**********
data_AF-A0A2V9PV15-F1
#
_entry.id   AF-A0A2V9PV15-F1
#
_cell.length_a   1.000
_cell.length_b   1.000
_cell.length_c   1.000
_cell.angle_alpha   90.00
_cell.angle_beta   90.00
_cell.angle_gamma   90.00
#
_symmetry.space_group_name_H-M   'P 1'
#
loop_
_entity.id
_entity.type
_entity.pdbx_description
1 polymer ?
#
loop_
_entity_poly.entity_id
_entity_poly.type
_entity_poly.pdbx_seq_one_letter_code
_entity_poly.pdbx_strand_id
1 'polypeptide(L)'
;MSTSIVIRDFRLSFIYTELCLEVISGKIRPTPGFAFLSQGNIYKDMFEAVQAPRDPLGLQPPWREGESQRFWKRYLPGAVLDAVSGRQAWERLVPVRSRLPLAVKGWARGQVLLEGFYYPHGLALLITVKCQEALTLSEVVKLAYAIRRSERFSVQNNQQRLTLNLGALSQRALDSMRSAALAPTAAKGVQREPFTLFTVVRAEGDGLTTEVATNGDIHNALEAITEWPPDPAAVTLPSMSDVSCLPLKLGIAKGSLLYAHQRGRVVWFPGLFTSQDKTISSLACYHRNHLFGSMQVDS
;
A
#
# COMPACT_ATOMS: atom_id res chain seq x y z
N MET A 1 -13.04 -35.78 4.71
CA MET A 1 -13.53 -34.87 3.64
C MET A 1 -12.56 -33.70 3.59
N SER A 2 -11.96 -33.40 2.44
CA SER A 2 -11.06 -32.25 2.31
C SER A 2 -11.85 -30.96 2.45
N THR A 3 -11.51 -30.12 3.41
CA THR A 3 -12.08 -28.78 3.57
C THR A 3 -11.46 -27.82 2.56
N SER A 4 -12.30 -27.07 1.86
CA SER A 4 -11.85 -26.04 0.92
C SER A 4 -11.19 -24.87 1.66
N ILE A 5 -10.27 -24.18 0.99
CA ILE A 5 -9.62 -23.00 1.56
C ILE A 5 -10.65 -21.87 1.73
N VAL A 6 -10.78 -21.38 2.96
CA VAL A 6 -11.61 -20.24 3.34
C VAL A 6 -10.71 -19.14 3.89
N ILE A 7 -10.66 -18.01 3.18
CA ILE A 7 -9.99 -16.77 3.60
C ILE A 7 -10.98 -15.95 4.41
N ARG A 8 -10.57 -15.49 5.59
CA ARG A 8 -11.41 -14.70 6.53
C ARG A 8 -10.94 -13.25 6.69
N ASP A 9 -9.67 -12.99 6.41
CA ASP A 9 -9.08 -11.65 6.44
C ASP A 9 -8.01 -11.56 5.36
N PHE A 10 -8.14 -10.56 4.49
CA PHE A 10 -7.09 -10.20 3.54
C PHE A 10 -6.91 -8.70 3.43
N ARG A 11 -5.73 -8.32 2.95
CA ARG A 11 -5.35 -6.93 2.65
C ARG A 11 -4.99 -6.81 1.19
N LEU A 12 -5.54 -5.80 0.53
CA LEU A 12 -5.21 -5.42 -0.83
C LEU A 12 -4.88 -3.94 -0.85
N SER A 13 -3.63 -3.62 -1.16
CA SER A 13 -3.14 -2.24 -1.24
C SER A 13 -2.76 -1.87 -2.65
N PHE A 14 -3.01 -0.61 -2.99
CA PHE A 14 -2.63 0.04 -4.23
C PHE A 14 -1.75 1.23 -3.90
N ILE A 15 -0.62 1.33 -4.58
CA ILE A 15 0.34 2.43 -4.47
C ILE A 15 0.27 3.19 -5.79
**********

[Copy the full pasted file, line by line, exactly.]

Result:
data_AF-A0A2V9PV15-F1
#
_entry.id   AF-A0A2V9PV15-F1
#
_cell.length_a   1.000
_cell.length_b   1.000
_cell.length_c   1.000
_cell.angle_alpha   90.00
_cell.angle_beta   90.00
_cell.angle_gamma   90.00
#
_symmetry.space_group_name_H-M   'P 1'
#
loop_
_entity.id
_entity.type
_entity.pdbx_description
1 polymer ?
#
loop_
_entity_poly.entity_id
_entity_poly.type
_entity_poly.pdbx_seq_one_letter_code
_entity_poly.pdbx_strand_id
1 'polypeptide(L)'
;MSTSIVIRDFRLSFIYTELCLEVISGKIRPTPGFAFLSQGNIYKDMFEAVQAPRDPLGLQPPWREGESQRFWKRYLPGAVLDAVSGRQAWERLVPVRSRLPLAVKGWARGQVLLEGFYYPHGLALLITVKCQEALTLSEVVKLAYAIRRSERFSVQNNQQRLTLNLGALSQRALDSMRSAALAPTAAKGVQREPFTLFTVVRAEGDGLTTEVATNGDIHNALEAITEWPPDPAAVTLPSMSDVSCLPLKLGIAKGSLLYAHQRGRVVWFPGLFTSQDKTISSLACYHRNHLFGSMQVDS
;
A
#
# COMPACT_ATOMS: atom_id res chain seq x y z
N MET A 1 -13.04 -35.78 4.71
CA MET A 1 -13.53 -34.87 3.64
C MET A 1 -12.56 -33.70 3.59
N SER A 2 -11.96 -33.40 2.44
CA SER A 2 -11.06 -32.25 2.31
C SER A 2 -11.85 -30.96 2.45
N THR A 3 -11.51 -30.12 3.41
CA THR A 3 -12.08 -28.78 3.57
C THR A 3 -11.46 -27.82 2.56
N SER A 4 -12.30 -27.07 1.86
CA SER A 4 -11.85 -26.04 0.92
C SER A 4 -11.19 -24.87 1.66
N ILE A 5 -10.27 -24.18 0.99
CA ILE A 5 -9.62 -23.00 1.56
C ILE A 5 -10.65 -21.87 1.73
N VAL A 6 -10.78 -21.38 2.96
CA VAL A 6 -11.61 -20.24 3.34
C VAL A 6 -10.71 -19.14 3.89
N ILE A 7 -10.66 -18.01 3.18
CA ILE A 7 -9.99 -16.77 3.60
C ILE A 7 -10.98 -15.95 4.41
N ARG A 8 -10.57 -15.49 5.59
CA ARG A 8 -11.41 -14.70 6.53
C ARG A 8 -10.94 -13.25 6.69
N ASP A 9 -9.67 -12.99 6.41
CA ASP A 9 -9.08 -11.65 6.44
C ASP A 9 -8.01 -11.56 5.36
N PHE A 10 -8.14 -10.56 4.49
CA PHE A 10 -7.09 -10.20 3.54
C PHE A 10 -6.91 -8.70 3.43
N ARG A 11 -5.73 -8.32 2.95
CA ARG A 11 -5.35 -6.93 2.65
C ARG A 11 -4.99 -6.81 1.19
N LEU A 12 -5.54 -5.80 0.53
CA LEU A 12 -5.21 -5.42 -0.83
C LEU A 12 -4.88 -3.94 -0.85
N SER A 13 -3.63 -3.62 -1.16
CA SER A 13 -3.14 -2.24 -1.24
C SER A 13 -2.76 -1.87 -2.65
N PHE A 14 -3.01 -0.61 -2.99
CA PHE A 14 -2.63 0.04 -4.23
C PHE A 14 -1.75 1.23 -3.90
N ILE A 15 -0.62 1.33 -4.58
CA ILE A 15 0.34 2.43 -4.47
C ILE A 15 0.27 3.19 -5.79